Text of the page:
Forget the United States of America. Move over, Canada, Australia and Germany. The days when those countries were considered Israel’s closest friends are over. The Jewish state’s new best buddies are Egypt and Jordan, Saudi Arabia, Qatar and the United Arab Emirates.
At least that’s the impression one could get if one listened carefully to a recent speech by Prime Minister Benjamin Netanyahu.
“Our best allies actually these days are some of our Arab neighbors, because they know we face a common threat,” Netanyahu said Tuesday at a conference in Jerusalem.
The idea he referred to is not new: Israel and the so-called moderate Sunni Arab states have a common foe in Iran, and the enemy of my worst enemy must be my best friend.
In recent days, Netanyahu has repeatedly talked about this convergence of interests, suggesting that it could lead to a regional peace agreement. The Gulf states’ declared unhappiness with the US administration over its rapprochement with Iran further fuels the prime minister’s declared hopes of enhanced cooperation with the Arab world.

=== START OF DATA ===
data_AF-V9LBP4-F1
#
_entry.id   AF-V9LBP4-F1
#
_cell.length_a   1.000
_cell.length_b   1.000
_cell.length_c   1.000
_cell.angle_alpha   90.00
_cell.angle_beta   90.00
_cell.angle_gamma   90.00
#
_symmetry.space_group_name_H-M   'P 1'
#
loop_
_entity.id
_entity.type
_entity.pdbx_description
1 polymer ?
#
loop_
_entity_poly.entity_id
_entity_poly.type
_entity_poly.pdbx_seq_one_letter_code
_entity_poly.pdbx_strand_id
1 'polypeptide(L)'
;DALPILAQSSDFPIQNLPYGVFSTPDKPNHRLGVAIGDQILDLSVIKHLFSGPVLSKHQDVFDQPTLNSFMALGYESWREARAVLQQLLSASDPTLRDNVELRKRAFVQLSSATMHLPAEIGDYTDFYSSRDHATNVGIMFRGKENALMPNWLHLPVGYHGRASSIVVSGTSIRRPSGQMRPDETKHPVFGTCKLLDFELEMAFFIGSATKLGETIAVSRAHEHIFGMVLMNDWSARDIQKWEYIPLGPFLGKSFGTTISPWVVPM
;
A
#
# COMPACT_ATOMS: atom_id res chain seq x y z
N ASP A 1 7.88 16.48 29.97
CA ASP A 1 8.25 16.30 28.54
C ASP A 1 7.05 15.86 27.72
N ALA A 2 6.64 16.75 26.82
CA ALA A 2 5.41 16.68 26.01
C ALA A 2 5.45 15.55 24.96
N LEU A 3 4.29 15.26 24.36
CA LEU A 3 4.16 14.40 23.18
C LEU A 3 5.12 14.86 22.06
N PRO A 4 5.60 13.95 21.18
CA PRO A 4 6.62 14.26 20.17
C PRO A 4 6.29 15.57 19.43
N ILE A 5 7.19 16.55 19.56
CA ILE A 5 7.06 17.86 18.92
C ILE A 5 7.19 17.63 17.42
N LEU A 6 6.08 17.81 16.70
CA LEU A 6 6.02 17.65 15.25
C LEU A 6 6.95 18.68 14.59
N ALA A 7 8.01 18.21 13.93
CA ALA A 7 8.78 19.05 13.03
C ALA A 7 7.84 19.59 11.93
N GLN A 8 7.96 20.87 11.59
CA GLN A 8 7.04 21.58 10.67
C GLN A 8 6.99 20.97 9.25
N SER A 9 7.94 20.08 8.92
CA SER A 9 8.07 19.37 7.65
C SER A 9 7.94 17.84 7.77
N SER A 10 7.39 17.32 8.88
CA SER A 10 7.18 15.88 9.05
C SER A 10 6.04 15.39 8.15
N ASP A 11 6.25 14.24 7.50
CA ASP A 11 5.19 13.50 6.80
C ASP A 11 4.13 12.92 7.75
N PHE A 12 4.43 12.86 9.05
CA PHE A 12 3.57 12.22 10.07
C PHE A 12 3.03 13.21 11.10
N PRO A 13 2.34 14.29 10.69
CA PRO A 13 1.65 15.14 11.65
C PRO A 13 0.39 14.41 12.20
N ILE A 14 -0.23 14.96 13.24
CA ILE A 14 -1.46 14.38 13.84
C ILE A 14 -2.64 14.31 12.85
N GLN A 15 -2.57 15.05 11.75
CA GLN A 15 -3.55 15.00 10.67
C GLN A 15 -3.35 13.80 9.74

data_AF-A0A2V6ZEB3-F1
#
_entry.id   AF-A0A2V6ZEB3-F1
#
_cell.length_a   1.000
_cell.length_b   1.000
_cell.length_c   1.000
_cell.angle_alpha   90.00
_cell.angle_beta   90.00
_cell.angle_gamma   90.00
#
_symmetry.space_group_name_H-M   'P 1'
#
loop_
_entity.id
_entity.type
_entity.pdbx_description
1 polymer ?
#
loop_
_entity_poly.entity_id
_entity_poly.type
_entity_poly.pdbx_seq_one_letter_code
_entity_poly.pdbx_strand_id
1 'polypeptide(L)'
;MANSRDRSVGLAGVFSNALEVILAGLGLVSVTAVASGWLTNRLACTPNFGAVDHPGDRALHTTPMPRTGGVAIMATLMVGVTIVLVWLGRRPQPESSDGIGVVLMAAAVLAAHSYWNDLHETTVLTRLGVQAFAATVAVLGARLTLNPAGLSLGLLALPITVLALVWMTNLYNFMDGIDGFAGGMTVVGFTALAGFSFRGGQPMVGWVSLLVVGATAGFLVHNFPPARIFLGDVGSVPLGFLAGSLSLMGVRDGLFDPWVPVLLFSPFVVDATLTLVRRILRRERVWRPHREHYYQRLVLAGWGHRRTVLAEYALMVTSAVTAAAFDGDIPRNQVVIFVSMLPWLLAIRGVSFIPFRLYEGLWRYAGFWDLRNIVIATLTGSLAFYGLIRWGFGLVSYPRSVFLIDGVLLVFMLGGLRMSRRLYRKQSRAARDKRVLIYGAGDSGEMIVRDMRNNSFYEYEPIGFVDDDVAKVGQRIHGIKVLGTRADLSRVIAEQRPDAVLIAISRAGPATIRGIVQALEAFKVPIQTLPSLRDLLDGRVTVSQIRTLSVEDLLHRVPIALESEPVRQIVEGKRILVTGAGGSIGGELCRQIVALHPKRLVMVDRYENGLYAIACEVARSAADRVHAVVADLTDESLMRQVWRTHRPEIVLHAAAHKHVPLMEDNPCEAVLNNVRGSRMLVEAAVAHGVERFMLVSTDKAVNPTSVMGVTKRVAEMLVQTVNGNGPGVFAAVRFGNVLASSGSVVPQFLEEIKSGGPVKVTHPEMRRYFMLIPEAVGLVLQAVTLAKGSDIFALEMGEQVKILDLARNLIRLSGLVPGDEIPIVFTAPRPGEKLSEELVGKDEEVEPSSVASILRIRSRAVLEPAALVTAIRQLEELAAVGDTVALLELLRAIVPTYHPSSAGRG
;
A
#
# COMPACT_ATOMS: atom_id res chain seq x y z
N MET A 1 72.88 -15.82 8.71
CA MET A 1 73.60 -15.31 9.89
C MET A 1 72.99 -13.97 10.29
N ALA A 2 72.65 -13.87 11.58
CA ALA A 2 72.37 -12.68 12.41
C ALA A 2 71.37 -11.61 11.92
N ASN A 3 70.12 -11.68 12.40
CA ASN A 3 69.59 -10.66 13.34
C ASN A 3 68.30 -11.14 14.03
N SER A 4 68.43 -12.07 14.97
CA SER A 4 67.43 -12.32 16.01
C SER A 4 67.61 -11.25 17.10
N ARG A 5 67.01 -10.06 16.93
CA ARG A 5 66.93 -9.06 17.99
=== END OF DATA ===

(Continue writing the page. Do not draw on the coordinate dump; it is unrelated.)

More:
“We’ve made peace with two of our Arab neighbors, but there are new forces in the region,” the prime minister told German Defense Minister Ursula von der Leyen on Monday. “They are threatening not only us, but also threatening of course our Arab neighbors with whom we’ve made peace. This creates the opportunity to make other alliances with other Arab states.”
Last Thursday, Netanyahu said the mutual interests of Israel and the Arab states “create opportunities for alliances and perhaps even for the advancement of peace.” Since then, he has repeated this idea perhaps a dozen times — perhaps because he believes statements about peace can soften the expected pressure from the US and the European Union to advance the peace process with the Palestinians.